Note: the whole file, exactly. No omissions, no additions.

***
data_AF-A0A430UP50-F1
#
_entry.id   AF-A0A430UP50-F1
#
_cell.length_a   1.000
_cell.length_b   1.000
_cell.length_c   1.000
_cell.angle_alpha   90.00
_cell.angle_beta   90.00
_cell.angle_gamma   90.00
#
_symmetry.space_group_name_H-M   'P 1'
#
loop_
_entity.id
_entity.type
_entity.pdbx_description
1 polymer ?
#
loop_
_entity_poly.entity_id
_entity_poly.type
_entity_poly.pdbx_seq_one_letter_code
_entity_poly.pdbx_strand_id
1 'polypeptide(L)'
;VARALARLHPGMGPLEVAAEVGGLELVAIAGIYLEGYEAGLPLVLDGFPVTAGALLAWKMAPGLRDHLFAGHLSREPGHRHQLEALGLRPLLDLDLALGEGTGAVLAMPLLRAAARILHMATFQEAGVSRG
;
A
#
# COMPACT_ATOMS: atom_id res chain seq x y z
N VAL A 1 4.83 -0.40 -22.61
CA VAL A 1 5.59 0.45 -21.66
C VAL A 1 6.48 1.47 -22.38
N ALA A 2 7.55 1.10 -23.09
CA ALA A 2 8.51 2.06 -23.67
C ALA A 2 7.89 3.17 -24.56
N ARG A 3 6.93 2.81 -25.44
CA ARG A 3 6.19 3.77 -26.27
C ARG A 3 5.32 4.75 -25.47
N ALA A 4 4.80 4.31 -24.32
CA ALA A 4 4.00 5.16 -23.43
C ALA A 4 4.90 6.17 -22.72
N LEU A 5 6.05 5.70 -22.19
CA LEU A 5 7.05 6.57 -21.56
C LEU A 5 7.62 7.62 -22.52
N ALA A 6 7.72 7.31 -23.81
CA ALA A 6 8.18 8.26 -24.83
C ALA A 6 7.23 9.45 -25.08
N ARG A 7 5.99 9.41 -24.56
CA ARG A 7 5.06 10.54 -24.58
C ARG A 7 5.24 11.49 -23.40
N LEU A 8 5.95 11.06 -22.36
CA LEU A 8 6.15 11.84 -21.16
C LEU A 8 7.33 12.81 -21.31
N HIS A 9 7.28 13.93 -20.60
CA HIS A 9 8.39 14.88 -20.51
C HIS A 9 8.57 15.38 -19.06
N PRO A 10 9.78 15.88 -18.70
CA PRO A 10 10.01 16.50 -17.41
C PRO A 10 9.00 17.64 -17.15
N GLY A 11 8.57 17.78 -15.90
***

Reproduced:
data_AF-A0A430UP50-F1
#
_entry.id   AF-A0A430UP50-F1
#
_cell.length_a   1.000
_cell.length_b   1.000
_cell.length_c   1.000
_cell.angle_alpha   90.00
_cell.angle_beta   90.00
_cell.angle_gamma   90.00
#
_symmetry.space_group_name_H-M   'P 1'
#
loop_
_entity.id
_entity.type
_entity.pdbx_description
1 polymer ?
#
loop_
_entity_poly.entity_id
_entity_poly.type
_entity_poly.pdbx_seq_one_letter_code
_entity_poly.pdbx_strand_id
1 'polypeptide(L)'
;VARALARLHPGMGPLEVAAEVGGLELVAIAGIYLEGYEAGLPLVLDGFPVTAGALLAWKMAPGLRDHLFAGHLSREPGHRHQLEALGLRPLLDLDLALGEGTGAVLAMPLLRAAARILHMATFQEAGVSRG
;
A
#
# COMPACT_ATOMS: atom_id res chain seq x y z
N VAL A 1 4.83 -0.40 -22.61
CA VAL A 1 5.59 0.45 -21.66
C VAL A 1 6.48 1.47 -22.38
N ALA A 2 7.55 1.10 -23.09
CA ALA A 2 8.51 2.06 -23.67
C ALA A 2 7.89 3.17 -24.56
N ARG A 3 6.93 2.81 -25.44
CA ARG A 3 6.19 3.77 -26.27
C ARG A 3 5.32 4.75 -25.47
N ALA A 4 4.80 4.31 -24.32
CA ALA A 4 4.00 5.16 -23.43
C ALA A 4 4.90 6.17 -22.72
N LEU A 5 6.05 5.70 -22.19
CA LEU A 5 7.05 6.57 -21.56
C LEU A 5 7.62 7.62 -22.52
N ALA A 6 7.72 7.31 -23.81
CA ALA A 6 8.18 8.26 -24.83
C ALA A 6 7.23 9.45 -25.08
N ARG A 7 5.99 9.41 -24.56
CA ARG A 7 5.06 10.54 -24.58
C ARG A 7 5.24 11.49 -23.40
N LEU A 8 5.95 11.06 -22.36
CA LEU A 8 6.15 11.84 -21.16
C LEU A 8 7.33 12.81 -21.31
N HIS A 9 7.28 13.93 -20.60
CA HIS A 9 8.39 14.88 -20.51
C HIS A 9 8.57 15.38 -19.06
N PRO A 10 9.78 15.88 -18.70
CA PRO A 10 10.01 16.50 -17.41
C PRO A 10 9.00 17.64 -17.15
N GLY A 11 8.57 17.78 -15.90